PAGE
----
Cabrera arrives with past missteps in tow

CHICAGO -- New Chicago White Sox left fielder Melky Cabrera made his mistake and served his punishment -- not to mention serving it with heavy doses of contrition -- so the club thinks it’s time to move forward.

Not only was it a surprise that the apparently budget-restricted White Sox agreed to a deal with Cabrera over the weekend to the tune of three years and $42 million, another eye opener was the fact that the added a player who had been suspended for 50 games and missed the end of the 2012 season because of elevated levels of testosterone.

Not only did Cabrera elect not to appeal his suspension for PED use, he had been leading the National League in batting at the time and asked that he be taken out of consideration for the batting title. By not participating in the postseason that year with the San Francisco Giants, he also missed out on playing in a World Series, which the Giants won.

“Obviously we’re aware of what happened in the past, and no one condones what he did,” Hahn said. “But we are talking about an instance where there was a mistake he made and took ownership for, and showed honest remorse about from three seasons ago. He’s already gone through the understandable and deserved public scrutiny and has not hid from his past actions.”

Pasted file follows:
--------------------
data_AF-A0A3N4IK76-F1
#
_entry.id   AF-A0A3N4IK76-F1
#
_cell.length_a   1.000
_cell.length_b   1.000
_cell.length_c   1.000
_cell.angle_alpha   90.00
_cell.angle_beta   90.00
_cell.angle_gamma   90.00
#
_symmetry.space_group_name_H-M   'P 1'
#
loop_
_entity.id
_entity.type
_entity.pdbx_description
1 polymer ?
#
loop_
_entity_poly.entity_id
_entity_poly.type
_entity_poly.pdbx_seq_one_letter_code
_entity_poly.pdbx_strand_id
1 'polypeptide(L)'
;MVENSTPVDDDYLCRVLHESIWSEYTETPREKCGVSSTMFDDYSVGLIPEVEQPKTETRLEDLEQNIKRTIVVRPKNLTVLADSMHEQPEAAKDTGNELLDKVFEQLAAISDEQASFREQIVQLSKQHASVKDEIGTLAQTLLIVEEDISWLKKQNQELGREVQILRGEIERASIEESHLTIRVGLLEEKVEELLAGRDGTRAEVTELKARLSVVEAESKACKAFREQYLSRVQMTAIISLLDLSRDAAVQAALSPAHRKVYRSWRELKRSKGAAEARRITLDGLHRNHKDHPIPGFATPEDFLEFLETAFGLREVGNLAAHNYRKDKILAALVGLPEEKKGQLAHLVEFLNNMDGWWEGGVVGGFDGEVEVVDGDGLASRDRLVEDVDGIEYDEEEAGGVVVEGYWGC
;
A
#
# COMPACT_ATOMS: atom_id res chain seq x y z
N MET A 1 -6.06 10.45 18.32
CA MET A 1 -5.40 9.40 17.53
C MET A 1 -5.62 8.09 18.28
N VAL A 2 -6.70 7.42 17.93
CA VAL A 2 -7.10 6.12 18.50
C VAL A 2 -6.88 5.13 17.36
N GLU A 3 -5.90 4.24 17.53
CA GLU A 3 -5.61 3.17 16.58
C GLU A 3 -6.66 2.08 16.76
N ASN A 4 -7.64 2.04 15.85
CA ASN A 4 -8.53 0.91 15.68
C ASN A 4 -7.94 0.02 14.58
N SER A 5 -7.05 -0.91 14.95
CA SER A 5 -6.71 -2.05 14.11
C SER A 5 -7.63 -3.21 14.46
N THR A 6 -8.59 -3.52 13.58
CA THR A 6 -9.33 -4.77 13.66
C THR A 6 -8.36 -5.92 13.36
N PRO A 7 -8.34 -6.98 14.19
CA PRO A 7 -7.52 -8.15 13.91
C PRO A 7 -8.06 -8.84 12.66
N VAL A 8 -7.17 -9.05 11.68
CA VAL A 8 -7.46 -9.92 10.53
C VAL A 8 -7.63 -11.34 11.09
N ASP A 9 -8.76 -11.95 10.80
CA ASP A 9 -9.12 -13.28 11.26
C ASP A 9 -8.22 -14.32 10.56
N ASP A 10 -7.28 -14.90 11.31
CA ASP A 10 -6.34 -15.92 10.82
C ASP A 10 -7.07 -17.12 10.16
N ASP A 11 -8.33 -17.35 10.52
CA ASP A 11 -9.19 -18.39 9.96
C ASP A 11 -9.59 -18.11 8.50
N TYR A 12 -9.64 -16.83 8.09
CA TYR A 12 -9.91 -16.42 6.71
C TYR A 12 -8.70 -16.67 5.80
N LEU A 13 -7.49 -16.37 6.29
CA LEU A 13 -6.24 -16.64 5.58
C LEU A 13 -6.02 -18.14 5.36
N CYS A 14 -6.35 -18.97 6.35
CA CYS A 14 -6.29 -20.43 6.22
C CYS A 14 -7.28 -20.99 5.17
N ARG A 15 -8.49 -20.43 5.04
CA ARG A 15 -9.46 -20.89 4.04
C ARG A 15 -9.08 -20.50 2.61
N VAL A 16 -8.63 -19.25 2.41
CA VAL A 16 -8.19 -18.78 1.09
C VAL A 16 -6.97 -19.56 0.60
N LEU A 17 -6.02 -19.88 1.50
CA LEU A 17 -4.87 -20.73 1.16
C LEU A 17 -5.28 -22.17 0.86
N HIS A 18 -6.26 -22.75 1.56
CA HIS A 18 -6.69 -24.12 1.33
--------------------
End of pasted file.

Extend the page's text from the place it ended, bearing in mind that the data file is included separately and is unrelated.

Although current executive vice president Kenny Williams has roundly criticized PED users in the past, the White Sox have not completely turned their backs on players with a questionable history. Manny Ramirez was acquired at the tail end of the 2010 season and played 24 games with the team.

Cabrera got his second chance the past two seasons with the Blue Jays, batting .293 over 227 games north of the border, with 19 home runs and 103 RBIs. The biggest draw for the White Sox was Cabrera’s .351 on-base percentage in 2014 and his .339 OPB over his 10-year career.

“Frankly, I respect the fact that he accepted and served his penalty and lived with the consequences, and he’s done his best to put it behind him,” Hahn said. “Obviously our (MLB drug) policy not only allows for the suspension and the punishment, but also the redemption. Melky has performed at the highest level on the other side of this issue and we’re optimistic he can perform at that level moving forward.”